Citigroup has begun forgiving some consumer debt in accordance with a July settlement with the Justice Department, but this is relief that the bank may have provided even without the settlement, an independent monitor said Wednesday.
The Justice Department in July required Citi to provide $2.5 billion of consumer relief as part of a settlement of claims the company misrepresented residential mortgages it sold before the financial crisis. The settlement also required Citi to pay a $4 billion penalty and a combined $500 million to the Federal Deposit Insurance Corp. and five states.
The settlement gives Citi several ways to earn credit toward the $2.5 billion in consumer relief: Forgiving loan principal, reducing loan rates, funding affordable housing or investing in community projects.
Through late November, Citi had earned credit for just under $14 million of relief, according to the first report of settlement monitor Thomas Perrelli, a lawyer at Jenner & Block. Citi claims to have provided additional relief, though it didn't provide a dollar figure. The company has until the end of 2018 to provide the full $2.5 billion in relief.
The $14 million figure was based on a review of 100 loans Citigroup selected to test its process for complying with the settlement. Citi selected loans with no equity, meaning the projected cost of foreclosure was higher than the recovery the company could expect through a sale.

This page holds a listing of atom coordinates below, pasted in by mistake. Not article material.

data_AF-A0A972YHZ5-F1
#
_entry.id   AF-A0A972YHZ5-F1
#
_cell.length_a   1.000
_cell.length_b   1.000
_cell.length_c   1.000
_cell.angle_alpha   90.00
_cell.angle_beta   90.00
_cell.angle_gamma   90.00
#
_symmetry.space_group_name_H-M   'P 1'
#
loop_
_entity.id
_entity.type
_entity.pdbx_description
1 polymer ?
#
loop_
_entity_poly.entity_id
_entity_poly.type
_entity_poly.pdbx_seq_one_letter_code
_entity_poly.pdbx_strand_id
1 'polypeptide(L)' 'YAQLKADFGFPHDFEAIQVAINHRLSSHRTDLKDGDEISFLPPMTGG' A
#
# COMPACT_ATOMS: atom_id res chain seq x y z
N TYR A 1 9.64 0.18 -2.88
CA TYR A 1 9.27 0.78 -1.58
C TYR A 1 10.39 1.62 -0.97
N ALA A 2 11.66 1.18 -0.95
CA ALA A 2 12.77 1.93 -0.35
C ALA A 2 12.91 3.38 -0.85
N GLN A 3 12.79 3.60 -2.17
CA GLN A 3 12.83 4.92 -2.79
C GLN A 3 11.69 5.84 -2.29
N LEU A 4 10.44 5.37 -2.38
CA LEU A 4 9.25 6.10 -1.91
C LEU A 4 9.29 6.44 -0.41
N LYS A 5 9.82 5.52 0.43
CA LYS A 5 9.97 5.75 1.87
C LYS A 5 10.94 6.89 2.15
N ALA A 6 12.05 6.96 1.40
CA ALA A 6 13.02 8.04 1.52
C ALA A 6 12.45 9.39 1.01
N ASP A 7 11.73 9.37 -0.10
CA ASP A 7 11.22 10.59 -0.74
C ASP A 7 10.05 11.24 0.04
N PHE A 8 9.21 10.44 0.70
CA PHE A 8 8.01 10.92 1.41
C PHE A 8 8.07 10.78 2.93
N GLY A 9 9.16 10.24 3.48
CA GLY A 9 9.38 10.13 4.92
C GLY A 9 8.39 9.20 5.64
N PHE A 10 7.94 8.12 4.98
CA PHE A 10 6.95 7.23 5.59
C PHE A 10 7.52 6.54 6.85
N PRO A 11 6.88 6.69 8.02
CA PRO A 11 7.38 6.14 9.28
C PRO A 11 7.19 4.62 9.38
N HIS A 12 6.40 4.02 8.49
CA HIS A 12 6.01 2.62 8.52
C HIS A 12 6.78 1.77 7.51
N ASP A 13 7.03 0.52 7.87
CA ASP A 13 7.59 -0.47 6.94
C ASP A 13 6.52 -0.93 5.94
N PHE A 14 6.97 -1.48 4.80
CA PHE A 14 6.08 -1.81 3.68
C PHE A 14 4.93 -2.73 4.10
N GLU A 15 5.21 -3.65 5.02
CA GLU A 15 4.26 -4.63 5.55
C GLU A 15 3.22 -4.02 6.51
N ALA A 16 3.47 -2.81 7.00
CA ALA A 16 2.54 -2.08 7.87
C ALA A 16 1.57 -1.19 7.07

The loan selection raises the question of whether the consumer-relief portion of the settlement is having an impact, or whether Citi is getting credit for writing off loans it would have written off anyway, the monitor said. The answer appears to be "mixed," Perrelli wrote.
It is common for banks to write off loans when the cost of foreclosure is higher than the sale value, as Citi is doing.
However, banks don't always release the liens on the property when they write them off, which can cause headaches for the borrower. By releasing its claim to the properties, Citi is "giving an additional benefit to the homeowner to allow him or her to make a fresh start and to remove any legal obstacles from the transfer of the property," the monitor wrote.
The monitor's report was based on data provided by an internal review group made up of Citi employees and vendors. Perrelli also reviewed whether the credit Citigroup claimed matched the value of the relief provided, how the company selected the loans, and whether the internal review board was adequately separated from the bank's mortgage group, among other things.
Perrelli plans to release quarterly reviews of Citi's progress toward meeting the settlement requirements. Future reports will include more exhaustive reviews to ensure that the bank is providing the relief claimed, the report said.